The limits of international law’s current dual approach to human rights and indigenous rights : a case for the separation of the two frameworks. (2020)
Type of ContentTheses / Dissertations
Degree NameMaster of Laws
PublisherUniversity of Canterbury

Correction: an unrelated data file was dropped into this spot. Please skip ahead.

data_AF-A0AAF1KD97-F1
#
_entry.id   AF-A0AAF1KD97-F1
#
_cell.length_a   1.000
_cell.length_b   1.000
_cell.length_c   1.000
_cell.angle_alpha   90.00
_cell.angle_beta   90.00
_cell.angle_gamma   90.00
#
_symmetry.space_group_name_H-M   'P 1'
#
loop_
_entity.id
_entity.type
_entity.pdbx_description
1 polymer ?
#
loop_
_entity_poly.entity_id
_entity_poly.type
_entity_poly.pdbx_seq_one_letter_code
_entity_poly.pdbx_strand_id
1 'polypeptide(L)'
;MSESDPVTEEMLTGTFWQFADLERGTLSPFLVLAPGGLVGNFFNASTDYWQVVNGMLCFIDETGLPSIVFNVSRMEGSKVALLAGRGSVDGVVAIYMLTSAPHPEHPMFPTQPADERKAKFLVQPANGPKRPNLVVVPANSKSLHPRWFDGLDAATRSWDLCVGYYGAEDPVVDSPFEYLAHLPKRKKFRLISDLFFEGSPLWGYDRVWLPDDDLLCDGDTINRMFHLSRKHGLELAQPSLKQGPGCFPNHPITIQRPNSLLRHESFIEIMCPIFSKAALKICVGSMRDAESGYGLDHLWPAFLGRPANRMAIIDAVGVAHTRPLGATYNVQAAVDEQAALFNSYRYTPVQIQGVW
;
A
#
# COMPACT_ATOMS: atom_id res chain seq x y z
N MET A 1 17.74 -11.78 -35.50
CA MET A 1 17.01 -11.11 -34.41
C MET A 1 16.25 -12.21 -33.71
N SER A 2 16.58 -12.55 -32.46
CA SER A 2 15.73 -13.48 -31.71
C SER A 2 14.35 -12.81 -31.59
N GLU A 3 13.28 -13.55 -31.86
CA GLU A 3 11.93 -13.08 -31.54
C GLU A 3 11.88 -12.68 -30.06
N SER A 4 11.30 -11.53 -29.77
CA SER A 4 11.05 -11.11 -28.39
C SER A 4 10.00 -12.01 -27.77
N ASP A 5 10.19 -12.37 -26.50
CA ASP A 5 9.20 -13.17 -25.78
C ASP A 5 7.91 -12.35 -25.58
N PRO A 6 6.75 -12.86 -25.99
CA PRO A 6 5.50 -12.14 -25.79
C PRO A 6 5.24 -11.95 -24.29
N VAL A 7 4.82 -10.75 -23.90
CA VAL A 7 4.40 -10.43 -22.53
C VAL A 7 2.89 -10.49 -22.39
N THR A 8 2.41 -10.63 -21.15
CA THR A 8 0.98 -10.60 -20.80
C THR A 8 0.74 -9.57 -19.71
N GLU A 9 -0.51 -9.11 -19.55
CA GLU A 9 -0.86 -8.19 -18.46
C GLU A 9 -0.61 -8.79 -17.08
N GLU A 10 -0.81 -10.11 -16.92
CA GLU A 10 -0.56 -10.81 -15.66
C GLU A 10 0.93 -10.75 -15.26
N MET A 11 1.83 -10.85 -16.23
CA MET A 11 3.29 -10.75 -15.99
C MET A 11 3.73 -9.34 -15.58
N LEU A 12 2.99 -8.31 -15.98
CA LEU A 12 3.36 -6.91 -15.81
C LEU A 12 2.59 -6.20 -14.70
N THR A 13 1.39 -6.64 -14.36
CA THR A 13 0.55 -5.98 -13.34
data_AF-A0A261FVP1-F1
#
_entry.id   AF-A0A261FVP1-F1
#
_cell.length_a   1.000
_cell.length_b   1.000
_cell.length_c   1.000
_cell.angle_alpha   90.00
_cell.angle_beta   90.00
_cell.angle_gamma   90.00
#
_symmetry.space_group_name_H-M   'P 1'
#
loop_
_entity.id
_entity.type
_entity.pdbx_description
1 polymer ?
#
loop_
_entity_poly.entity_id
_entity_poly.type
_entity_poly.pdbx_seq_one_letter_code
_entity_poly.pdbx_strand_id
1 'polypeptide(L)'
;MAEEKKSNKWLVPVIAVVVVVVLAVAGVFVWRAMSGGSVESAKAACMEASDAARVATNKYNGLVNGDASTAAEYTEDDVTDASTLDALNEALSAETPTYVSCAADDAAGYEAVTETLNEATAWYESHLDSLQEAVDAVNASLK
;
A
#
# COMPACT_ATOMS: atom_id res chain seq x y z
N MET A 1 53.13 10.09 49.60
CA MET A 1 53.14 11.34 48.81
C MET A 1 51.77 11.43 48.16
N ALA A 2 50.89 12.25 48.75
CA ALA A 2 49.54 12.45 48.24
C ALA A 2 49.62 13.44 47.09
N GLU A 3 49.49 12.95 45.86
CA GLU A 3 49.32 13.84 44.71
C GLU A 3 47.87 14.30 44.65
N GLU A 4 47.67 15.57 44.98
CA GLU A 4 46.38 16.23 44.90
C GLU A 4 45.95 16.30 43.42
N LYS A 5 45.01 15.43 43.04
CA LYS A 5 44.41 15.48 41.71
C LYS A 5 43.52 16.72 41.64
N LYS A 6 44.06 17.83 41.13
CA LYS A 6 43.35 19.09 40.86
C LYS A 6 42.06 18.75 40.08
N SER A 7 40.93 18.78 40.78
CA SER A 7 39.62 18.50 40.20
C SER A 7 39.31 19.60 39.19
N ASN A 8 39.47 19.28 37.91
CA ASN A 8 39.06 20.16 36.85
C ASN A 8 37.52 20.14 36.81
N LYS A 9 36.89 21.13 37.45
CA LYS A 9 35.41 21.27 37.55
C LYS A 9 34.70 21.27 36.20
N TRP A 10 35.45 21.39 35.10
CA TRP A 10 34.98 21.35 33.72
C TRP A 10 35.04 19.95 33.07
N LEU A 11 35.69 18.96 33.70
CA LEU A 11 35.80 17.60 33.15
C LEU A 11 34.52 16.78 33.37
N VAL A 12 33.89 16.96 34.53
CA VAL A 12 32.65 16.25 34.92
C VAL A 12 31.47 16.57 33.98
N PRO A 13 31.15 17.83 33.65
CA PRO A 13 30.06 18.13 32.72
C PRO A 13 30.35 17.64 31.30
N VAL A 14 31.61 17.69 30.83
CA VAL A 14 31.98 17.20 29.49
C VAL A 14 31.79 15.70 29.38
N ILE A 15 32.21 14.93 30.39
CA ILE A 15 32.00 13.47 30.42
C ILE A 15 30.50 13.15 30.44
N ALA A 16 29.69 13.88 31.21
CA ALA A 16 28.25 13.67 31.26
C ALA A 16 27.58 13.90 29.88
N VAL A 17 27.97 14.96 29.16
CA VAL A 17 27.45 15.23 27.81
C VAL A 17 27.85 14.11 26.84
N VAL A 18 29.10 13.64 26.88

Indigenous Peoples have suffered extreme loss in the face of the imperial mission of international law and colonisation. Indigenous Peoples have faced a direct assault on their sovereignty, language, culture, knowledge systems, lands, and resources. Imperial powers have used international law to justify the colonisation of Indigenous Peoples, and to exclude them from being subjects at international law. However, the Indigenous Rights movement of the 1970s is challenging the structure of international law. The gains of the Indigenous Rights movement have forced international law to recognise as legitimate the claims of Indigenous Peoples, thus, the Human Rights framework has evolved to address some of the claims of the Indigenous Rights movement. This challenge to international law has resulted in a dual approach to individual and collective rights within the Human Rights framework. However, there is an uneasiness with which Indigenous Rights claims sit within the Human Rights framework. This thesis argues the tensions between the Human Rights framework and the needs of Indigenous rights are fundamentally different and because of this, the Eurocentric nature of the Human Rights framework restricts the development of Indigenous Rights. Therefore, it is argued that Indigenous rights need to develop separated from the Human Rights framework.